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Effects of a bad credit rating on renting a property?

(20 Posts)
Helster123 Mon 19-Nov-12 23:52:42

Most people have debts these days (credit cards, loans etc), you're not by any means in the minority. It must have been a frightening and stressful time for you both when you had so little left each month, and you've done well to get where you are now. After experiencing such money worries (which can make life miserable very quickly) I doubt that you would be rushing to put yourselves in the same position again without thinking it through properly, so I'm sure that you will manage fine financially in your new house. You tend to come out of financially terrifying situations as a budgeting supremo anyway, and I don't think that ever leaves you afterwards. smile

MolotovBomb Mon 19-Nov-12 16:19:32

I think that my point about Christmas has been taken out of context.
We didn't have a credit card for willy-nilly Xmas spends. After all our bills had gone out, we had about £50 left each month as spare cash. That makes for a very miserable existence. No money to save; no holidays; no meals out; no nice treats. I was at the point where buying my daughter a coat for school meant trawling eBay for something under £10.

The debt management plan enables us to face our debts and pay those we owe. We're not reneging on that, though it will take quite a
long time. Our current property is teenytiny ... Of course, ideally
we'd pay our dues, save and only then make a move. But when you're thinking of buying a sofabed to sleep on downstairs so that your children will have your bigger bedroom, you kind of know that you need to take the risk and make a move.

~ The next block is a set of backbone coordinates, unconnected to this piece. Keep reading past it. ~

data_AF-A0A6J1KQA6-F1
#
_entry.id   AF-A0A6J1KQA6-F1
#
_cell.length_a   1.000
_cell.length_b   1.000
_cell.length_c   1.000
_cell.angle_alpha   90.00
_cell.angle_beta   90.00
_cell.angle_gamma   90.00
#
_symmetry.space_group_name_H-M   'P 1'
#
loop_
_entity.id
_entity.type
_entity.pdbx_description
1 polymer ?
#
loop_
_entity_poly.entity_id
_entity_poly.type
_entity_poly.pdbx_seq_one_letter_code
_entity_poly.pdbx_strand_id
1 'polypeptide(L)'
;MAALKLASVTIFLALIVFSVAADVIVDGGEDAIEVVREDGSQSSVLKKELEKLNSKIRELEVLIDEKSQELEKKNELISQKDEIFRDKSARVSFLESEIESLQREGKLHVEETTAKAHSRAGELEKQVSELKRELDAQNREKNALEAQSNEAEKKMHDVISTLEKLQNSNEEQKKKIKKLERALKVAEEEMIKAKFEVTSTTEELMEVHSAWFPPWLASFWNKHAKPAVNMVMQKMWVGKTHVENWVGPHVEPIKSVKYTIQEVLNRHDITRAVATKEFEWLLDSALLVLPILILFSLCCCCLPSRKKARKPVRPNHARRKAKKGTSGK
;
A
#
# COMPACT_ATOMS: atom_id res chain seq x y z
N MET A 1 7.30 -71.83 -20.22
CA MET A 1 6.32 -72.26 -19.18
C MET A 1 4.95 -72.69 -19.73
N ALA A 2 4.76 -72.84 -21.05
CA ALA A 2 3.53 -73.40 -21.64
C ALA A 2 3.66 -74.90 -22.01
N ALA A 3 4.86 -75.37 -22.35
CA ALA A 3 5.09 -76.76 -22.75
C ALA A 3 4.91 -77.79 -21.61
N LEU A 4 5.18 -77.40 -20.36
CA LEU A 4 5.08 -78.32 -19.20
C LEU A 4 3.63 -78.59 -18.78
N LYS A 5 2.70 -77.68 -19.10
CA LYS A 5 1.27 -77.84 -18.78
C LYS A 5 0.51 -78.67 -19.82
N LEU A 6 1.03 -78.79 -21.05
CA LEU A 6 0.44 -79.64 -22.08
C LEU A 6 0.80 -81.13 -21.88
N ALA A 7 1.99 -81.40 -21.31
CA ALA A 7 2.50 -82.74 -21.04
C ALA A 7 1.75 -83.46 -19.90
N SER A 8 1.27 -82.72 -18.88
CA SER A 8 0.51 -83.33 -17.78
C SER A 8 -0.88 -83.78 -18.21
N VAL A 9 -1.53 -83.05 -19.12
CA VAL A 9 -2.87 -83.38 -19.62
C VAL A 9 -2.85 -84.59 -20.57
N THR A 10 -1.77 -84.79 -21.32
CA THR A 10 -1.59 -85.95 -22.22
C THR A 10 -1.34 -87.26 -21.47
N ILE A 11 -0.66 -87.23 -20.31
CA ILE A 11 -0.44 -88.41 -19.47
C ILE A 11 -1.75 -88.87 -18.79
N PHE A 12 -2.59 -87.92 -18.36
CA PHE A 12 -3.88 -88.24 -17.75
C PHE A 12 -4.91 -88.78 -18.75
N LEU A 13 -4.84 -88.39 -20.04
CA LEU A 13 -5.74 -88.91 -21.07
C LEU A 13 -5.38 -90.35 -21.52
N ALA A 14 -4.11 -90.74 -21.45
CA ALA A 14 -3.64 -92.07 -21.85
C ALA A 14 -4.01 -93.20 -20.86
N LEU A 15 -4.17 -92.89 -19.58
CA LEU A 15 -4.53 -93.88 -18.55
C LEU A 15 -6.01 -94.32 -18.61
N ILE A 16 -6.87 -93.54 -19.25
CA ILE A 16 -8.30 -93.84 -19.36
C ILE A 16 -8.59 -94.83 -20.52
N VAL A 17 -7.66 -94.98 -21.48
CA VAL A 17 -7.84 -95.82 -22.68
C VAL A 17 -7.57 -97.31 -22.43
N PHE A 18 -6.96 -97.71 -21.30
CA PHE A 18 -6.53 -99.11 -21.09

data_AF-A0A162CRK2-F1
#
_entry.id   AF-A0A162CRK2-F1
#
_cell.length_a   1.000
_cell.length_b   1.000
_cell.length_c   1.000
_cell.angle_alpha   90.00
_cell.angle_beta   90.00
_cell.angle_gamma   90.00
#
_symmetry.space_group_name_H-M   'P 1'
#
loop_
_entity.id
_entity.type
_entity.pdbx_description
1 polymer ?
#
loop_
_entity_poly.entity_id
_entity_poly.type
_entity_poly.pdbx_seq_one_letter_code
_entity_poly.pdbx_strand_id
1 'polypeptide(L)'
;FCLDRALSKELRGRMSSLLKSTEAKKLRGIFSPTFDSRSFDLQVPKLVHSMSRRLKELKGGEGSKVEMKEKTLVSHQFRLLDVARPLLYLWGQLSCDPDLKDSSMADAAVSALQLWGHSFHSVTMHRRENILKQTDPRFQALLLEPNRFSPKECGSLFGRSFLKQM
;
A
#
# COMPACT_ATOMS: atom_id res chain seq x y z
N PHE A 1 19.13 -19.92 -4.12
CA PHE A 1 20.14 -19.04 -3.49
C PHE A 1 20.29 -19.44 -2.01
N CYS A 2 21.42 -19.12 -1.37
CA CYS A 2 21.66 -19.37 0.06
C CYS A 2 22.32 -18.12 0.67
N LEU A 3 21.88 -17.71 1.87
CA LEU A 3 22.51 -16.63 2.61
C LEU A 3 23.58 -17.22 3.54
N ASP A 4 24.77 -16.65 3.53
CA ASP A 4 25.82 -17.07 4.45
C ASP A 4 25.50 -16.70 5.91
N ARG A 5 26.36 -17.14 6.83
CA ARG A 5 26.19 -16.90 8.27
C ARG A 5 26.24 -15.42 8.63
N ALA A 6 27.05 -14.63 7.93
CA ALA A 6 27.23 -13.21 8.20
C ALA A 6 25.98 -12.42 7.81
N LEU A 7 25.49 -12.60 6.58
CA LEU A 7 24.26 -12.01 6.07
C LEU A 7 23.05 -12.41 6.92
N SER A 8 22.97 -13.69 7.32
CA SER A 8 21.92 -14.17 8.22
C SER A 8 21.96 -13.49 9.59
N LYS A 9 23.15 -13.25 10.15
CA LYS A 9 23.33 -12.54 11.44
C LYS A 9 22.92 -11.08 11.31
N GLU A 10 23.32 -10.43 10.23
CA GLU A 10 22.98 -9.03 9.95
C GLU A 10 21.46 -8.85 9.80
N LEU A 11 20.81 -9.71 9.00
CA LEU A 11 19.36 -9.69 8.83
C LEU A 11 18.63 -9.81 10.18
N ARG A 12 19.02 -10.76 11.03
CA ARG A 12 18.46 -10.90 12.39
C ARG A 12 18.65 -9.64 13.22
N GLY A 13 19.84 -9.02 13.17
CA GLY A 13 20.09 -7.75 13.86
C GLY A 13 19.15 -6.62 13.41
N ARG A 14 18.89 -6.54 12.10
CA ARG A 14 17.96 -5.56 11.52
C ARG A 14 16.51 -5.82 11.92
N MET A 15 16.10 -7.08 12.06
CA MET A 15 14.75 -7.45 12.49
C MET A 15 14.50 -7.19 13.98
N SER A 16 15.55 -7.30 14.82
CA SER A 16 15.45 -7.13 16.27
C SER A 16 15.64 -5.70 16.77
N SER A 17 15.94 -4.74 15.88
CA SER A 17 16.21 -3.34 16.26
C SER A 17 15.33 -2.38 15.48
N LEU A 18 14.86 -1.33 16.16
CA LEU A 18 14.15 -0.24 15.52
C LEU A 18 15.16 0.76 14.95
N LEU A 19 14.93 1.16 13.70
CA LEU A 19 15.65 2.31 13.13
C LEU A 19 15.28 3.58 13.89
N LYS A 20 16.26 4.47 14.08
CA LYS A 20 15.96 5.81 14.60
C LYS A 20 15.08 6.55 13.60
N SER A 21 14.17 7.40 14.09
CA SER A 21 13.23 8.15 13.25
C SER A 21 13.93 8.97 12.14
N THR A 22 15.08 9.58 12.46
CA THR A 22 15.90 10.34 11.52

specialsubject Mon 19-Nov-12 13:35:42

not doomed at all with a reference and guarantors - but if your landlord knew you prioritise Christmas tat presents over the bills, he would run a mile. I think you have bigger issues.

repeat after me: Christmas is nonsense and does not matter. The children will enjoy the holiday, time with their parents and do not need presents, especially if the house is already crammed full.

The family are grown ups, as are you, and you have to have a frank talk to arrange a mutual no-presents pact. Also saves loads of time buying pointless rubbish.

I'm a landlord and personally I would not take on tenants who had failed a credit check (regardless of how nice they are I'm afraid!). Even with a guarantor I'd be unwilling.

I have to agree with the previous poster about reviewing your finances. In the last twelve months you took on unsecured debt to buy presents (have you paid all this back yet?). Your DH is already on a debt management plan. Your priorities should be paying off your existing debts, building up your savings (especially as you are freelance) and only then consider increasing your outgoings. Inflation may wipe out your increased income before you know it I'm afraid.

MolotovBomb Sun 18-Nov-12 21:14:12

Oh, and it's a bigger house, but not much bigger, so bills would be the same-ish, I imagine.

MolotovBomb Sun 18-Nov-12 21:12:46

Lots of food for thought on here. It been good to read posts from people who've been in this situation, as well as from a Landlord who took a calculated risk.

We've increased our household income, so the relatively small increase (£150 approx), is an affordable one now. Let's just hope that the ghosts of not-so-long-ago financial past don't haunt us!

Thanks again all

Helster123 Sun 18-Nov-12 10:04:14

My DH doesn't have a great credit history so I was upfront with the rental agency about it, and they just asked the landlord if he minded. He came and met us and was happy for us to move in based on that meeting. I know it feels like everything in life is 'computer says no' these days, but I think rental agencies experience this a lot and are usually happy if you are honest about it and offer a guarantor. Hope it works out for you!

Himalaya Sun 18-Nov-12 09:45:09

We failed a credit check (on account of being self employed and having no credit history). The agency/landlord said the only way they could take us on was if we paid 6 month rent up front.

This is the first landlord who has said that - because they use the agency's revenue insurance scheme. Before that we have had landlords that don't use the scheme and go by "gut feeling".

Good luck you may have to shop around or find the money up front.

omletta Sun 18-Nov-12 09:37:06